- Taschenbuch: 184 Seiten
- Verlag: Gritty Press (26. März 2012)
- Sprache: Englisch
- ISBN-10: 0985141301
- ISBN-13: 978-0985141301
- Größe und/oder Gewicht: 12,7 x 1,2 x 20,3 cm
- Durchschnittliche Kundenbewertung: Schreiben Sie die erste Bewertung
- Amazon Bestseller-Rang: Nr. 1.903.981 in Fremdsprachige Bücher (Siehe Top 100 in Fremdsprachige Bücher)
Wrong Town (Roamer Book 1) (Englisch) Taschenbuch – 26. März 2012
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Über den Autor und weitere Mitwirkende
Matthew P. Mayo is a Western Writers of America Spur Award Finalist and a Western Fictioneers Peacemaker Award Finalist. His short stories have appeared in numerous anthologies and his novels include the Westerns Winters' War, Wrong Town, Hot Lead, Cold Heart, Dead Man's Ranch, and Tucker's Reckoning and he contributes to several popular series of Western and adventure novels. His non-fiction books include Cowboys, Mountain Men & Grizzly Bears; Bootleggers, Lobstermen & Lumberjacks; Sourdoughs, Claim Jumpers & Dry Gulchers; and Haunted Old West. Visit him at matthewmayo.com.
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Die hilfreichsten Kundenrezensionen auf Amazon.com
I loved ROAMER: WRONG TOWN, and can't wait for the next one in the series. This is fiction writing at it's best, and some of the best writing you'll find in the western field. If you're a fan of well-written westerns, you won't regret adding this one to your collection, and you'll have a damn good time doing it.
I was pleased to find I already had a copy of this book (the newer version, not the Robert Hale edition.) Like dozens of others, it had sat untouched on my digital bookshelf for way too long. Silly, really, when the book can be read in a matter of a few hours. It’s one of those edge of your seat ones that never seem to offer a good place to stop reading. The story revolves around the lead character, Roamer, accused of a murder he didn’t commit, but instead of fleeing and living as a wanted man he’s determined to prove his innocence. In contrast to his other novels, this tale is told in the first person. It also has one of the best narrative hooks you’re likely to read—Roamer wakes from sleep one morning to find a grizzly bear about to attack him. It’s an exciting scene, well researched, well written, and sets the tone for the rest of the novel.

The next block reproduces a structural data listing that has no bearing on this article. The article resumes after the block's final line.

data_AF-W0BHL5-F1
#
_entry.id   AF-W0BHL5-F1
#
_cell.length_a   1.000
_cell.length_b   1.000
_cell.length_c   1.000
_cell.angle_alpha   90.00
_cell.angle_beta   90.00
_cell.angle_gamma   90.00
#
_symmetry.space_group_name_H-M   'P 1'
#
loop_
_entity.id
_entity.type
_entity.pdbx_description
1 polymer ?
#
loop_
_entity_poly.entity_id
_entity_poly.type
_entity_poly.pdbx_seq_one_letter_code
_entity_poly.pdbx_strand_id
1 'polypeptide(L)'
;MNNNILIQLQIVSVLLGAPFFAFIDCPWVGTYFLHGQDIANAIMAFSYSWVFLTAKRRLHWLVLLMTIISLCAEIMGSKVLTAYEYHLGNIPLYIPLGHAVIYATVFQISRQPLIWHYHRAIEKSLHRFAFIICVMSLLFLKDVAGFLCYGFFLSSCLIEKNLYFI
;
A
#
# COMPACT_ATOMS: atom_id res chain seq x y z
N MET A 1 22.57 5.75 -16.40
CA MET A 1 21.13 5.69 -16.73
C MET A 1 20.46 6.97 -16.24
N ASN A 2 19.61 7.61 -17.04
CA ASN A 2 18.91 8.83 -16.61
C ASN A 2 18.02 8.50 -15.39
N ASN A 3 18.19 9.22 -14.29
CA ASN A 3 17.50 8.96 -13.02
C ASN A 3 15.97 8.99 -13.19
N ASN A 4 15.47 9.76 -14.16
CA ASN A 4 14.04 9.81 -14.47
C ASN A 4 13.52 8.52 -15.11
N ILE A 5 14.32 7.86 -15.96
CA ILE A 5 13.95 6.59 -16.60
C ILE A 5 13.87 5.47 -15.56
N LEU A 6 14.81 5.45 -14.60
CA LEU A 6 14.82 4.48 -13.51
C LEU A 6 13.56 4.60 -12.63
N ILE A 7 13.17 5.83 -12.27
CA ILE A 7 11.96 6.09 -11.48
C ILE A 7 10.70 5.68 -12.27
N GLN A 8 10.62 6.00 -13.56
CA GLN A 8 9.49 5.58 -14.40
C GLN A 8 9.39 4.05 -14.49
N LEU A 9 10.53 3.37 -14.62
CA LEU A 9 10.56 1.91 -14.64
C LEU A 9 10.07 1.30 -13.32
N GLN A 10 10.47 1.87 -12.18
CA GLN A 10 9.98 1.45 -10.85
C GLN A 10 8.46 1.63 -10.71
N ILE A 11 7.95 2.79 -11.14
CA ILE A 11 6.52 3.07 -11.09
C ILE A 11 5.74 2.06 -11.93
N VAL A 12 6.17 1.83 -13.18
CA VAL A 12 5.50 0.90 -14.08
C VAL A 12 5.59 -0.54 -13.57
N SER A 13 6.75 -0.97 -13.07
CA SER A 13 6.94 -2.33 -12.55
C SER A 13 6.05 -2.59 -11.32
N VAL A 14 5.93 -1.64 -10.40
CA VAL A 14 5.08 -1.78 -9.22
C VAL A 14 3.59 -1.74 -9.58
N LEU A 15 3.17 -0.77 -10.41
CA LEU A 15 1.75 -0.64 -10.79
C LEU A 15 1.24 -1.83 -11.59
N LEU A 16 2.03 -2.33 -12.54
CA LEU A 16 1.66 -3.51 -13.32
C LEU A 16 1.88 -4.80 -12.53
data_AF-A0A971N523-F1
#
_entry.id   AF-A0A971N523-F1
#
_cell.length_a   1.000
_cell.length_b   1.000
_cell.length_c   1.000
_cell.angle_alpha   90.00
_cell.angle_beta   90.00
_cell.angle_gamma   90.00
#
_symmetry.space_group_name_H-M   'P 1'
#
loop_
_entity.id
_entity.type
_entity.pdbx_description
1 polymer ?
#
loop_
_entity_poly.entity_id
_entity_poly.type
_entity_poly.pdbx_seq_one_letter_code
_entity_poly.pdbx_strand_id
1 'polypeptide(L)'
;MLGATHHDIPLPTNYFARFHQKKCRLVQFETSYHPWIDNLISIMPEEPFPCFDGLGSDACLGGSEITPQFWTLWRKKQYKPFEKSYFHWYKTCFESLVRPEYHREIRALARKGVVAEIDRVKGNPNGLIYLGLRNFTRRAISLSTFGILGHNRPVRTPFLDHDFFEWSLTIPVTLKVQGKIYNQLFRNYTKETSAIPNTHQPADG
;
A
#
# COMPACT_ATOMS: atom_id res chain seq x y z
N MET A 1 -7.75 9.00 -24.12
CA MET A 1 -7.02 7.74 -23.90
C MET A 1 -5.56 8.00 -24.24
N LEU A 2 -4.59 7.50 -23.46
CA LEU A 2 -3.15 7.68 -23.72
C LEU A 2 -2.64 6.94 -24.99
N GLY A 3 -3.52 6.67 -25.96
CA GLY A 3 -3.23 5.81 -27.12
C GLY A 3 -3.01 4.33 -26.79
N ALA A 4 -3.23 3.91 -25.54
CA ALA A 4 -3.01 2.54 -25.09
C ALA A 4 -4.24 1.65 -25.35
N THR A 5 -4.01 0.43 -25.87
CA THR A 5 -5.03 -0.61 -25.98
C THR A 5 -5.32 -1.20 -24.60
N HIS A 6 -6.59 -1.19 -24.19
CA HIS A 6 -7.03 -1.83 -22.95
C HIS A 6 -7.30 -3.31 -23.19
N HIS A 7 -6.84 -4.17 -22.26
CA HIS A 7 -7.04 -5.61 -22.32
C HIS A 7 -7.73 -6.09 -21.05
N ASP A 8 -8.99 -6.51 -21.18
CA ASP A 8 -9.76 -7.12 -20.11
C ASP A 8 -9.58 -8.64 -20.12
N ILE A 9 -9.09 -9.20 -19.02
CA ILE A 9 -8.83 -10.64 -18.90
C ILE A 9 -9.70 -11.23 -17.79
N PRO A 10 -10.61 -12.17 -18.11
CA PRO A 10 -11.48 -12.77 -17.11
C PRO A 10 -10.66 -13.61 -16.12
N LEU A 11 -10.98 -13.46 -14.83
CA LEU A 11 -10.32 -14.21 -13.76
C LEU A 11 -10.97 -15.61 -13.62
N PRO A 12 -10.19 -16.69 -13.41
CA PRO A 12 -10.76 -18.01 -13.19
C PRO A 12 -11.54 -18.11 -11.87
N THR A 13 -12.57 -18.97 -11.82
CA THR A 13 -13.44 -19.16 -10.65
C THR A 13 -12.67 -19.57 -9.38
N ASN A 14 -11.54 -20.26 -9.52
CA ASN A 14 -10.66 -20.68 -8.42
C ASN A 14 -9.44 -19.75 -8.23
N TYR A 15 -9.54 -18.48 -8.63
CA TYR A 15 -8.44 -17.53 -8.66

This was a very entertaining novel. Of all Mayo’s characters, Roamer (who has the sort of face that turns stomachs) is his best hero and I look forward to reading his next adventure. (C’mon Mayo, write another Roamer tale!)
First person narrative is not common in westerns, yet when handled well, it lends an added weight of authenticity and intimacy. Matthew Mayo succeeds on all levels. Within a very short space of time, the reader becomes a close friend of luckless Roamer; the man's attractions are a combination of his self-deprecating humour, his determination to survive whatever life throws at him, plus an innate decency.
Because the narrator is telling the story, the reader knows that the hero survives; which is no surprise, since in most stories the hero wins through anyway. Since threats to the narrator are not going to be fatal, the author has to involve the reader in more than the welfare of the hero. This means that other characters - often close to the hero - come under threat; if these people suffer, then so do the readers because they feel the narrator's pain of loss or hurt. Roamer is a strong creation, and we feel his hunger, his despair and his anger at the injustices he witnesses in the wrong town. The town is also wrong in the sense that many of its citizens are not as civilised as they would like to think; an undercurrent of violence permeates the souls of many, so that the innocents suffer as well as the guilty.
It would be unfair to divulge more of the plot, but all the characters - whether the robbers, the major villain or the townspeople themselves - are drawn without resort to stereotype.
A strong character-driven tale, well told.